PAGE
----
Veteran Northern Ireland defender Aaron Hughes will not rush retirement decision
Northern Ireland's most capped outfield player, Aaron Hughes, has hinted he could sign up for one more campaign after the career-high experience of Euro 2016.
The 36-year-old first announced his international retirement almost five years ago, but was persuaded to recommit at the start of Michael O'Neill's tenure and has gone on to become a record-breaker in green and white.
He took his tally to 103 appearances in France and, although he is currently without a club following a brief spell with Melbourne City, is considering extending his 18-year stint.
It was widely expected he would ride off into the sunset after Northern Ireland's first major tournament in 30 years but will not rush to a decision.
"I'll wait to see what happens in terms of club football and the options I have, I'm really not sure," he told Press Association Sport.
"If the right option is there and I can still compete I'd certainly look to carry on if I can.
"I'm a free agent but I was just looking to enjoy this experience, immerse myself in the competition. Now that it's over I'll have a look.
"I need to get myself back to Australia, get my things packed up and go from there."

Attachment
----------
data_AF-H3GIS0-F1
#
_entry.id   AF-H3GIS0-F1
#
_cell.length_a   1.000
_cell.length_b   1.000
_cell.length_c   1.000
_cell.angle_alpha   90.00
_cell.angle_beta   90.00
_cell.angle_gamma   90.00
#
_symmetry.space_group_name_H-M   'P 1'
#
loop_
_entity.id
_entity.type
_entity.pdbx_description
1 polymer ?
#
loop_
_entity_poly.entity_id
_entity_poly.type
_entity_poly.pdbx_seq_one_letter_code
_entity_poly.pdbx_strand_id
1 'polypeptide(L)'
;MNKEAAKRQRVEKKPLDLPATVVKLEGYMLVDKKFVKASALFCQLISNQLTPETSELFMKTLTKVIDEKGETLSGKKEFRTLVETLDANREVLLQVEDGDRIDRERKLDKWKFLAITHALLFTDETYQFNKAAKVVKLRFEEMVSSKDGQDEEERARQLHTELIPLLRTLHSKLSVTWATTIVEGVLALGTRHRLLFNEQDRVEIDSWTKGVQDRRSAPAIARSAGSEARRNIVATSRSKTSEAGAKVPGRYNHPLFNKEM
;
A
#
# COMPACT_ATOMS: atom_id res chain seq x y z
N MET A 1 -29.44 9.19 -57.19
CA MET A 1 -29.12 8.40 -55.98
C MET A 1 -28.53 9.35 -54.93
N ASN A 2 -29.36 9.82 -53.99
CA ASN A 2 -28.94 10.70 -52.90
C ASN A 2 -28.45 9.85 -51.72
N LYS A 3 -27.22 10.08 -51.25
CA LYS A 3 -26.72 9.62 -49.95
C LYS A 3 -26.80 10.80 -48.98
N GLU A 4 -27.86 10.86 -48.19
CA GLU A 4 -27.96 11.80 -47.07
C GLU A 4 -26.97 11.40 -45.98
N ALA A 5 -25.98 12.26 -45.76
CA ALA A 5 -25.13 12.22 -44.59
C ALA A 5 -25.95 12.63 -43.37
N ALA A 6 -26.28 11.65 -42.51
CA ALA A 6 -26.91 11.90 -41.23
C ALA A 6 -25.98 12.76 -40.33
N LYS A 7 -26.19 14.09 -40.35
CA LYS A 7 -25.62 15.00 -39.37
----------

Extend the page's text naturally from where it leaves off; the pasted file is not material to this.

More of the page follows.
Hughes has been a hugely important player for Northern Ireland since his debut in 1998, captaining the team in historic wins over Spain, England and Sweden.
But he believes the taste of tournament football, particularly the 2-0 win over Ukraine, has been his finest moment yet.
He travelled to France expecting to be a back-up player, but was a beneficiary of O'Neill's bold tactical switch and ended up playing three full matches on the right side of defence.
"I wasn't expecting it to be honest," he admitted.
"Leading up to the competition over the past few months I was just working to keep myself in the best possible shape so that if I was required I'd be able to take part.
"To start three games, (and) come through all but one of the matches, has been a surprise but one I've absolutely relished.
"I never thought I would have the chance to do it and once the disappointment goes I can look back over the last three or four weeks and say it's been the best experience.
"It's got to be the best ever. Just the feeling that day against Ukraine...the emotion, the atmosphere, it was like nothing I've ever experienced.
"If you could bottle what we had that day and any time you're feeling down just open up the bottle and have a drink, that would be amazing.
"It was an experience I'll never forget."
In all his years donning the green shirt Hughes has never before had to deal with the 'cabin fever' environment.
But such is the unity in the camp, he is already worried about missing his team-mates.
"Everything I've been through with Northern Ireland has been worth it just to be part of this squad, that's something that has made it for me," he said.
"You'd think a group of lads together for four or five weeks would be killing each other but it's not been like that. It's such a good group, one of the hardest things will be to walk away and say cheerio to the lads."